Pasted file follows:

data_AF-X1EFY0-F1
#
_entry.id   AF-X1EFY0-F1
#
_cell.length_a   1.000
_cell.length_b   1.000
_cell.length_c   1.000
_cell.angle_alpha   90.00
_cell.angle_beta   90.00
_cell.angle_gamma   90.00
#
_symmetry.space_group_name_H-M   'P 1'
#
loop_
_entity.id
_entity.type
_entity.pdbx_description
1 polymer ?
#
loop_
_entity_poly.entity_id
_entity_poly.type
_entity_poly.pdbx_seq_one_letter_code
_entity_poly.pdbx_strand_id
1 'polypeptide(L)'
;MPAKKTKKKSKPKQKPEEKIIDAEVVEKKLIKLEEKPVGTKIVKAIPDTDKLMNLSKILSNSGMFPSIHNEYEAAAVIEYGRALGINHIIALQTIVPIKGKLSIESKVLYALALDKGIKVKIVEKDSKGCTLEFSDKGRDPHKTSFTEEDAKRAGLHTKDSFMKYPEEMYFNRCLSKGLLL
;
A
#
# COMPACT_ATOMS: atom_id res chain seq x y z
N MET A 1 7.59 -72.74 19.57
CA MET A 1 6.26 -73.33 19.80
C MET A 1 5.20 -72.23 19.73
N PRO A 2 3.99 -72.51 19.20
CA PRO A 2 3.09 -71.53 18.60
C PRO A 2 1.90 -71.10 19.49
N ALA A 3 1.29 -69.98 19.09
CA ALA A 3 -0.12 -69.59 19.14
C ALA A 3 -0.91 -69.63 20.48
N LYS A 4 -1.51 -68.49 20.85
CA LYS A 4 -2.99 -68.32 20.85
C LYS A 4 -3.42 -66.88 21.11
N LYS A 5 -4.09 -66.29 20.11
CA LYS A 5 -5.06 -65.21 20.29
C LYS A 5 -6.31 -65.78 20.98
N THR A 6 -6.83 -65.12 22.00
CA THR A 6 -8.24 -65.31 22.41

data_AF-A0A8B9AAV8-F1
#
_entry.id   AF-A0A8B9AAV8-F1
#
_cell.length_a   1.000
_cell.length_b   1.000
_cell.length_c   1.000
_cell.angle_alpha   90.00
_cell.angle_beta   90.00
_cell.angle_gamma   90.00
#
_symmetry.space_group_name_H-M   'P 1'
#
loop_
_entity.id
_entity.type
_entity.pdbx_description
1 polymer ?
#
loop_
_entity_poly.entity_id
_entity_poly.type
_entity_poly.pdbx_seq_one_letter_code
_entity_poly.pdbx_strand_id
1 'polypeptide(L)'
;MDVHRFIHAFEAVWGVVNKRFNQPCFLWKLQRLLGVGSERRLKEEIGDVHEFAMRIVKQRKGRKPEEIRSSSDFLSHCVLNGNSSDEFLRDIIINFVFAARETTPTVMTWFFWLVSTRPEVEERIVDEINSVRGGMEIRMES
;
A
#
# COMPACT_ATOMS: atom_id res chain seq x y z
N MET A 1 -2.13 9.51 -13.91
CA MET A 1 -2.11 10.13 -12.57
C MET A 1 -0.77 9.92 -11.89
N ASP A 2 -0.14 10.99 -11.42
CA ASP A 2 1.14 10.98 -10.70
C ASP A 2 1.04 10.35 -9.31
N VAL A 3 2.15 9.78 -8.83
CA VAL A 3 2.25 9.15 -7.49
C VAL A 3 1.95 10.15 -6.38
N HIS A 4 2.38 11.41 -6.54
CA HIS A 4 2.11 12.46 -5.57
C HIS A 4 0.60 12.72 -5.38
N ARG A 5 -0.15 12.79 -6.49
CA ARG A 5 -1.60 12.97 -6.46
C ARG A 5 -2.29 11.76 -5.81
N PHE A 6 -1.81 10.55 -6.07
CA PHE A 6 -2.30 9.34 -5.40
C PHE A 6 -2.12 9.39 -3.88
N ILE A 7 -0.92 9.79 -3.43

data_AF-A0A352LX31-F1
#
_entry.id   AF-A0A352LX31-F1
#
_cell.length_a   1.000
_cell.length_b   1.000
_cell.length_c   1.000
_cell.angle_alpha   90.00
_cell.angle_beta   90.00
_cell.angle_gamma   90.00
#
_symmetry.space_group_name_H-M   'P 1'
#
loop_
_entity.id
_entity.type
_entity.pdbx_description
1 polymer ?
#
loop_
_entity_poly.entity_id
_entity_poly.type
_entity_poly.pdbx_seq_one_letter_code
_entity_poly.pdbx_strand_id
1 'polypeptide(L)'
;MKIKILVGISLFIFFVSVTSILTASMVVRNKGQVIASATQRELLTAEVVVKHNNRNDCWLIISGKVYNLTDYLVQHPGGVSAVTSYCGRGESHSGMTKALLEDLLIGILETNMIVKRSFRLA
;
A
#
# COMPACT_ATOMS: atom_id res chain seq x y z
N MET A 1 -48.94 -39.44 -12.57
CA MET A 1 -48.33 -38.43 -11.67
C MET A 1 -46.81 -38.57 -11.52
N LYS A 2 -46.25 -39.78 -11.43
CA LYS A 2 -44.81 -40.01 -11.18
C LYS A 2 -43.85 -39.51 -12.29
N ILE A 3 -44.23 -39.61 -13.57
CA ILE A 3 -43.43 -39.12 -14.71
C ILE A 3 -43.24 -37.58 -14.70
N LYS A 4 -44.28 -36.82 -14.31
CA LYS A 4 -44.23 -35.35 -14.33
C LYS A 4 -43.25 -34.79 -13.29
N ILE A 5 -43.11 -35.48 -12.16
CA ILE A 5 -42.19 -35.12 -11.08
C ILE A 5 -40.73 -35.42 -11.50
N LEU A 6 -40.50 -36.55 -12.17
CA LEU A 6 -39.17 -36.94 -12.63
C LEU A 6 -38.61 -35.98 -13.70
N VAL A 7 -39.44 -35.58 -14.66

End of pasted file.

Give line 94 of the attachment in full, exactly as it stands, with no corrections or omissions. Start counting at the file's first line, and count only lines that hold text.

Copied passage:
CA PHE A 6 -2.30 9.34 -5.40